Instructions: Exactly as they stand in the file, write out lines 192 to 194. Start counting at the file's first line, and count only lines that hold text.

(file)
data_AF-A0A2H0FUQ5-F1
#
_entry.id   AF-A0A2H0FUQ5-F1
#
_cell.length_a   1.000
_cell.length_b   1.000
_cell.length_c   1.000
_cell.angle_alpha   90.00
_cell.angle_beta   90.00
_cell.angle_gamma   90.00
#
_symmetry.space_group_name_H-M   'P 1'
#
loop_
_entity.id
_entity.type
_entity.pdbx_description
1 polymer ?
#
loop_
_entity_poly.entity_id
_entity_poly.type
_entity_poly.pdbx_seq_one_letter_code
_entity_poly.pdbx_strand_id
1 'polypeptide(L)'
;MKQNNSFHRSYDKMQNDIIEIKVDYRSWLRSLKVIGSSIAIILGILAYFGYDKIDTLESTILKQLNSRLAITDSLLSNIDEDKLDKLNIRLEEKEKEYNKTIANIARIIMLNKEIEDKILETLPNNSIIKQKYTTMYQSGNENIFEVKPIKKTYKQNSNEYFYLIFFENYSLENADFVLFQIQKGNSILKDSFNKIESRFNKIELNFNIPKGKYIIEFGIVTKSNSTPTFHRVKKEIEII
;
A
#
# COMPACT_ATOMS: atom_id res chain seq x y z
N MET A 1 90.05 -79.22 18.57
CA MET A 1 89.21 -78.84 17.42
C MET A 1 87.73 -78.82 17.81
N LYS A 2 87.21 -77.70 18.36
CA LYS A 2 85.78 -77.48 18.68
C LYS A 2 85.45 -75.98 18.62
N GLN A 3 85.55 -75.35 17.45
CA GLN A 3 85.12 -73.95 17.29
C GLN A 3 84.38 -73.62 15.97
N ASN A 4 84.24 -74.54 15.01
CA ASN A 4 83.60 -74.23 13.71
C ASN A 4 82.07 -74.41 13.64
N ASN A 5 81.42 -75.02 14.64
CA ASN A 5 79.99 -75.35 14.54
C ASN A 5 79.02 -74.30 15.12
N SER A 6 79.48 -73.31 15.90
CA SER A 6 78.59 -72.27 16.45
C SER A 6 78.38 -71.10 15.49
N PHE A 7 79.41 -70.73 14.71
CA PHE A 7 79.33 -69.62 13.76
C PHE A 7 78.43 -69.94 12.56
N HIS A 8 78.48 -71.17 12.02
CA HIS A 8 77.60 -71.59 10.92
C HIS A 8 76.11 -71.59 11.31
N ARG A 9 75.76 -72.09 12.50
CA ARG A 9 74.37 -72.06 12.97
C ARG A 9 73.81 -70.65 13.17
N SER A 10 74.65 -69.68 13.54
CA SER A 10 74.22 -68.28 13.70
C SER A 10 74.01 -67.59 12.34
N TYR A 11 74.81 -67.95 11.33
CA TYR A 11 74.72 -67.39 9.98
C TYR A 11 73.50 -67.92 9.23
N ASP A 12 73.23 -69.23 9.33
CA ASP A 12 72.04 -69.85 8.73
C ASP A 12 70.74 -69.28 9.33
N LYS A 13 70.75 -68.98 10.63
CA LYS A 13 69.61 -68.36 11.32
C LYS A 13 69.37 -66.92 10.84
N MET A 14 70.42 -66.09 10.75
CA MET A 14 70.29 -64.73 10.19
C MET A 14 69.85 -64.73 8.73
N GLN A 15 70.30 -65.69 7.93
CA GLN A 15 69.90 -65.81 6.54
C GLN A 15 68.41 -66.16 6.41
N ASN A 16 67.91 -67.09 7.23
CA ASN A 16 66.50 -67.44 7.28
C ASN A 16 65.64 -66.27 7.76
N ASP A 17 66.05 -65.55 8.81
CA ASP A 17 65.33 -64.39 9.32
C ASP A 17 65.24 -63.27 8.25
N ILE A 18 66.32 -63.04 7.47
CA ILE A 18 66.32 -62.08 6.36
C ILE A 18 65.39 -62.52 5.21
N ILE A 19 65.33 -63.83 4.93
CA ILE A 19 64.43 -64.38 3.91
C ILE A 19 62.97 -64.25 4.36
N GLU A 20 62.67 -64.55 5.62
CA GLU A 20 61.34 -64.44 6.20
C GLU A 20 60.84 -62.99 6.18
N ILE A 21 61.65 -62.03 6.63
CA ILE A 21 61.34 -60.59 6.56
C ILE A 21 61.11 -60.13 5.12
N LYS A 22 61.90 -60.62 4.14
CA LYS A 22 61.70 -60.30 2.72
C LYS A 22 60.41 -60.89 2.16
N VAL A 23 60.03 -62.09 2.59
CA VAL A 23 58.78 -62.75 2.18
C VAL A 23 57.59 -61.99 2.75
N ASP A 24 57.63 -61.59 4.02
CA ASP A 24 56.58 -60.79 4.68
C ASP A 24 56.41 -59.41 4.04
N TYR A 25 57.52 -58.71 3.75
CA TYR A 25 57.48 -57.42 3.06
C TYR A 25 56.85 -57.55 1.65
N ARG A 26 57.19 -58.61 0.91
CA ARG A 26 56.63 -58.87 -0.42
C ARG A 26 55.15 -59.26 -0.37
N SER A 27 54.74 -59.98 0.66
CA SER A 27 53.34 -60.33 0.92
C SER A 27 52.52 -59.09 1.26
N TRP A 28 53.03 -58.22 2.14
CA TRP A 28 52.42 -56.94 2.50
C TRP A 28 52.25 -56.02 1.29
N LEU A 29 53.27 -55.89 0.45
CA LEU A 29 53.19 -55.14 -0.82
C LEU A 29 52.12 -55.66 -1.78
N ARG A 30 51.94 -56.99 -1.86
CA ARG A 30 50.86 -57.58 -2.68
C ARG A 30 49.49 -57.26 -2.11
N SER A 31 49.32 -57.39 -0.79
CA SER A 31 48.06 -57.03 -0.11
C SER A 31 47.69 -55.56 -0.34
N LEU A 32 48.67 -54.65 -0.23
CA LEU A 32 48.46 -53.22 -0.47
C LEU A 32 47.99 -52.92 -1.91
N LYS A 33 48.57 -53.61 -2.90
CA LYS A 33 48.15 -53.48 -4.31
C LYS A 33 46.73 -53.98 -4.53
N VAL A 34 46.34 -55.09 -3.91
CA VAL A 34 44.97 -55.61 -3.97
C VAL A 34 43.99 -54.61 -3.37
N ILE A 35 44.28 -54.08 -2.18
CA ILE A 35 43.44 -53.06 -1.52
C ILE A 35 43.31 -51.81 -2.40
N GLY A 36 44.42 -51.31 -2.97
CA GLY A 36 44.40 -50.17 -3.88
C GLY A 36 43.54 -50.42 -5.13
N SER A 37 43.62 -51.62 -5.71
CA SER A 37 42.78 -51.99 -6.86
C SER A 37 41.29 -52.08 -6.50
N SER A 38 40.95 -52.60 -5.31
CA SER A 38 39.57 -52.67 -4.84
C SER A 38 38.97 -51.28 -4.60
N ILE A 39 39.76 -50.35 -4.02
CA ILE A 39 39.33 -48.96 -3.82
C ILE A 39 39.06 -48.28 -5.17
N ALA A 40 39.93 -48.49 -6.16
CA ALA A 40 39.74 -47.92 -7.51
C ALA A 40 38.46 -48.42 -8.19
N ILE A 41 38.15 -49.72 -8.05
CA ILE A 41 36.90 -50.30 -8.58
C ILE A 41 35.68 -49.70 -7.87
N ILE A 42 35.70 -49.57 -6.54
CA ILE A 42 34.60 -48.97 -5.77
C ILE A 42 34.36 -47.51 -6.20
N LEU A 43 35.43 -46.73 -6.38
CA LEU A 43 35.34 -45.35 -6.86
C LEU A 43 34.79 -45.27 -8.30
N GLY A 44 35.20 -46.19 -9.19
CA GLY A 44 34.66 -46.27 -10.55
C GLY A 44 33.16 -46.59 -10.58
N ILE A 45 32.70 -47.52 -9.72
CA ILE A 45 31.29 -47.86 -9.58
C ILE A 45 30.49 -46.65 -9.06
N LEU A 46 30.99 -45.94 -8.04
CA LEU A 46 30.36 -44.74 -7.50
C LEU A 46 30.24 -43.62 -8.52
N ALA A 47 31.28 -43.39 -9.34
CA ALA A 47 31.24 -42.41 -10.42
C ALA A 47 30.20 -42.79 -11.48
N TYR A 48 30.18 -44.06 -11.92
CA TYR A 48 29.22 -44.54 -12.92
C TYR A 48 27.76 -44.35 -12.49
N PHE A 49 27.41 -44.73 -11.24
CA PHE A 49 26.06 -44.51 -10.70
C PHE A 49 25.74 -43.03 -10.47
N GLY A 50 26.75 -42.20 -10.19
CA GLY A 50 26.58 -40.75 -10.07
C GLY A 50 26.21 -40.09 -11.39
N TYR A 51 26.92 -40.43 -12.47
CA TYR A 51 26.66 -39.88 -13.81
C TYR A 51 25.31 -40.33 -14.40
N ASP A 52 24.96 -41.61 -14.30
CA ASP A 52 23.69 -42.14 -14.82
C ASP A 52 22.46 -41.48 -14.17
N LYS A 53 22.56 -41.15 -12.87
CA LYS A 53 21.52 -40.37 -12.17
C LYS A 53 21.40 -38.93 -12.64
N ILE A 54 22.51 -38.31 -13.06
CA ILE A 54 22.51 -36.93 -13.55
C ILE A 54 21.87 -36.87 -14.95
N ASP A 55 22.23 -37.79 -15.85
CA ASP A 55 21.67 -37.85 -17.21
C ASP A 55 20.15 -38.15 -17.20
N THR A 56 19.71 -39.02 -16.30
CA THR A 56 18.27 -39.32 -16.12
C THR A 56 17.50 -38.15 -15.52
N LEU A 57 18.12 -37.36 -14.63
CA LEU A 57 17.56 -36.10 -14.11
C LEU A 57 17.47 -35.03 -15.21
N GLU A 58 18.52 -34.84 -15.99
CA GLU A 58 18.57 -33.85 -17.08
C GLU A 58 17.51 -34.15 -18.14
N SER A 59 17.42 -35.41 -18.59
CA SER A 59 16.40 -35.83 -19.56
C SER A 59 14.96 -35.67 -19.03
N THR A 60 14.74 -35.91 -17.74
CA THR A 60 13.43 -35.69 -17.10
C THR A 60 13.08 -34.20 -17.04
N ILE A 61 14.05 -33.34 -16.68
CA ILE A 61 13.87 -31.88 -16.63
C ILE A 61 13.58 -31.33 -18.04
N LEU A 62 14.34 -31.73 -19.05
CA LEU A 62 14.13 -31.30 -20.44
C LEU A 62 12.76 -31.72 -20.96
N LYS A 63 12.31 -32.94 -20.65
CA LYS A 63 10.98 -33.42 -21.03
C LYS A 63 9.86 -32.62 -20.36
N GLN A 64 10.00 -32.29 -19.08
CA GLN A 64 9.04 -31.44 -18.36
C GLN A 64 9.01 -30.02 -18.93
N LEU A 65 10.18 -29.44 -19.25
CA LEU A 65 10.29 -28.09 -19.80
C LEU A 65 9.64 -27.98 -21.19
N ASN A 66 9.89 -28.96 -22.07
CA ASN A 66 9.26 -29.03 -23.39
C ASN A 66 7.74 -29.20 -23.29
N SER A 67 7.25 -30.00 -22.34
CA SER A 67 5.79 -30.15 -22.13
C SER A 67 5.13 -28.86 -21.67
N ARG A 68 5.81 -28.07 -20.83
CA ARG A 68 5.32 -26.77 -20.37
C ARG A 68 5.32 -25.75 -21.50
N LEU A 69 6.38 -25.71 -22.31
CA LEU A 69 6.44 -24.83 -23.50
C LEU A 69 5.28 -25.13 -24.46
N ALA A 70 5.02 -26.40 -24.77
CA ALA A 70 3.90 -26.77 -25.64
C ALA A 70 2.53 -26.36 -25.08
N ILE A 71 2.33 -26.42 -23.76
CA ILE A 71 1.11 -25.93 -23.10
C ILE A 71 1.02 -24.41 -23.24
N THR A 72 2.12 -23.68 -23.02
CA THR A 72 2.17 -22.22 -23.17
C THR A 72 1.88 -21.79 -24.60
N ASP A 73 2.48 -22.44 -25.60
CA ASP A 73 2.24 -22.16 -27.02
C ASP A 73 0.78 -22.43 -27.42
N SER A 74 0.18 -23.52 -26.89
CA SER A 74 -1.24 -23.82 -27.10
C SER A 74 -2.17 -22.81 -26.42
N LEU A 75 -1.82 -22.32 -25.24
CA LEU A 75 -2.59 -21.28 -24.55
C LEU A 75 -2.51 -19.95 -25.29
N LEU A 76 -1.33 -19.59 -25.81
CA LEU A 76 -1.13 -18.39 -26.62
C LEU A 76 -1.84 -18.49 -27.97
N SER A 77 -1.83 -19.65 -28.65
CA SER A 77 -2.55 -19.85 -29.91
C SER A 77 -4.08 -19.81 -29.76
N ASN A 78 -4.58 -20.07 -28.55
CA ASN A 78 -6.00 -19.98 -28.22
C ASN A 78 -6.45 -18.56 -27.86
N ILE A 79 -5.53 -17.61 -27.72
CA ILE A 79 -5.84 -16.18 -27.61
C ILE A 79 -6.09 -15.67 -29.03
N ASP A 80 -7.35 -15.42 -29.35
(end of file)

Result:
C ILE A 54 21.87 -36.87 -14.95
N ASP A 55 22.23 -37.79 -15.85
CA ASP A 55 21.67 -37.85 -17.21